# PCA when # of features larger than # of samples? [duplicate]

I'm using this code that adopts PCA for domain adaptation. I have some questions regarding how it handles the situation when the # of features is larger than the # of samples. Here is the snippet of the relevant Matlab code.

The input to the function is a design matrix $X$, where the rows correspond to observed samples and columns to features.

[nSmp,nFt] = size(X);

% centering X (zero-meaning)
mu = mean(X,1);
X = bsxfun(@minus,X,mu);

% select the faster way to do PCA
if nFt > nSmp
[V1, D1] = eig(X*X'/(nFt-1)); %%%%%%% Why?? %%%%%%
else
[V1, D1] = eig(X'*X/(nFt-1)); %% standard doing %%
end

% sort the eigenvalues and re-order the eigenvectors
% in descending eigenvalues order
D1 = diag(D1);
[evs,I] = sort(D1,'descend');
V1 = V1(:,I);

% cumulative percentage of variance accounted
D1 = cumsum(evs);
D1 = D1/D1(end);

% W_prj is the pca coefficient
if nFt > nSmp
W_prj = X'*V1; %%%%%% Why?? %%%%%%%
else
W_prj = V1;    %% standard doing %%
end

% normalize PCA coefficient so that for each column, the L2 norm is 1
W_prj = bsxfun(@rdivide,W_prj,sqrt(sum(W_prj.^2,1)));

% project X to PCA subspace
Xnew = X*W_prj;


I do not understand the parts where I put a "why??" in comment.

I know that eigendecomposing $X^TX$ is the standard way of computing PCA coefficients, as is done in the else clause of the first if statement. The PCA coeffcients are eigenvectors that are reordered according to the eigenvalues.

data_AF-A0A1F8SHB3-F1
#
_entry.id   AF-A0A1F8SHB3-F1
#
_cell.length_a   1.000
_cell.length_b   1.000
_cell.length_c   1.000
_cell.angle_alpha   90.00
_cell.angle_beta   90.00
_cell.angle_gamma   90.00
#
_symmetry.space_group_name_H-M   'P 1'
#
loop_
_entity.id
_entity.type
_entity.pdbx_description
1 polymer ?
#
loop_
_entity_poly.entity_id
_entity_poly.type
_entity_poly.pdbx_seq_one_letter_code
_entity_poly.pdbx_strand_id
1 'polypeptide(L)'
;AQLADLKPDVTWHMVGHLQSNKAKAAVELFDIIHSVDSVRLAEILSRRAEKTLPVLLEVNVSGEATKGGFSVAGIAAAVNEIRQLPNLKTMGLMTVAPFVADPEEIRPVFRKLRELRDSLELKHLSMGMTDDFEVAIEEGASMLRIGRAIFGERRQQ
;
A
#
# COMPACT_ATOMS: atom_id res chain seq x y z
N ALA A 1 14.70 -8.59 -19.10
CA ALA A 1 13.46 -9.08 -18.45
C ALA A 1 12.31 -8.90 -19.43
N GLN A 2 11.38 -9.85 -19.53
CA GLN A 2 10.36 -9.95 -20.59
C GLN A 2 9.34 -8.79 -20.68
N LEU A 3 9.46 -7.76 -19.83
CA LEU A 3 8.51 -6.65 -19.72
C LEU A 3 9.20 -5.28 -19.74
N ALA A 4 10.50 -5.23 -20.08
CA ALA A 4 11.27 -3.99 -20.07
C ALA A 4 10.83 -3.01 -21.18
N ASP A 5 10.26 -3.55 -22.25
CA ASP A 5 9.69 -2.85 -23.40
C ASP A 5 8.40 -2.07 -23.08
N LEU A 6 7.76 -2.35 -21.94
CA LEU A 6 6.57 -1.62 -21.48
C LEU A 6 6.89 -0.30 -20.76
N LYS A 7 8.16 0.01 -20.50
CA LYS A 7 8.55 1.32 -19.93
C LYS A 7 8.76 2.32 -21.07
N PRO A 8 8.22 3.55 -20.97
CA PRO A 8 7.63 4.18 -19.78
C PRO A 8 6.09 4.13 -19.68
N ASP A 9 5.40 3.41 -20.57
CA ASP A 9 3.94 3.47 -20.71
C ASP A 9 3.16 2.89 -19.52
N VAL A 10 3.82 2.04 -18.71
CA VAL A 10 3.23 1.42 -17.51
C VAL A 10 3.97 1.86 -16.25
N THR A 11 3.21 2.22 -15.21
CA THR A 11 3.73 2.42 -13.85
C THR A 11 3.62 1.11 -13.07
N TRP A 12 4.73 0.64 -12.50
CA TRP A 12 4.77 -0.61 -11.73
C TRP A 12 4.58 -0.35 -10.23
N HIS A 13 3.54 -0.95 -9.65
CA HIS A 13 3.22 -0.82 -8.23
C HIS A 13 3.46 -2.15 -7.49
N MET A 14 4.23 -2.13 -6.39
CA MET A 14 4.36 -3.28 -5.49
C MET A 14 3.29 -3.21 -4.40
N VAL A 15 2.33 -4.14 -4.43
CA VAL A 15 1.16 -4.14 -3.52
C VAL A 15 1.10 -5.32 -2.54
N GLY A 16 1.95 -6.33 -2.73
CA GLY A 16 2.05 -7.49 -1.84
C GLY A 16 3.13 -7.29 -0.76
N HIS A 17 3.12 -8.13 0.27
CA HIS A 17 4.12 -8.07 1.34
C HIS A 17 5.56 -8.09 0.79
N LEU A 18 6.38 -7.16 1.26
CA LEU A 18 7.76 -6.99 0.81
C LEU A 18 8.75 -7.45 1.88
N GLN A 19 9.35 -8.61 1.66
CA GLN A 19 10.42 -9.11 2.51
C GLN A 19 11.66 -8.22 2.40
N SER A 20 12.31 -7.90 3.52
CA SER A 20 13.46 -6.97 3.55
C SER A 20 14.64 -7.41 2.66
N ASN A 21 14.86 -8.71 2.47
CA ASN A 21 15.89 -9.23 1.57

But when the # of feature is larger than # of samples, why is it OK to first eigendecompose $XX^T$, reorder the eigenvectors according to eigenvalues, and then return $X^TV_1$ as the PCA coefficients? Are there some kernel methods involved in this doing? What's the rationale behind this doing?

I have asked the same question here. When either post gets an answer, the other post will be deleted.

Thanks in advance!

## marked as duplicate by Scortchi♦Jun 26 '17 at 15:54

This question has been asked before and already has an answer. If those answers do not fully address your question, please ask a new question.

• Eigenvalues of both eigen-decompositions are the same. Eigenvectors are different but the needed eigenvectors can be found if you have matrix X. The question you ask has been asked and answered on this site a number of times. Please search things like 'PCA p>k'. – ttnphns Jun 25 '17 at 7:41
• Why was this closed as off-topic? This is IMHO a duplicate (as I voted), but the question requires statistical expertise to answer, despite a large amount of code, and hence looks on-topic to me. – amoeba Jun 26 '17 at 15:47

## 2 Answers

It's because: For an eigenvalue $\lambda$ and an eigenvector $\textbf{v}$, if $XX^T\textbf{v}=\lambda\textbf{v}$, then $X^TXX^T\textbf{v}=\lambda X^T\textbf{v}$, i.e. $X^T\textbf{v}$ is the eigenvector of $X^TX$.

This is a commonly used trick in eigendecomposition, and Edward Viggin gives the correct explanation.

As we all know that eigendecomposition is a time-consuming process, by this way we can always decompose a small matrix whose size is $\min\{n\_feature, n\_sample\}$.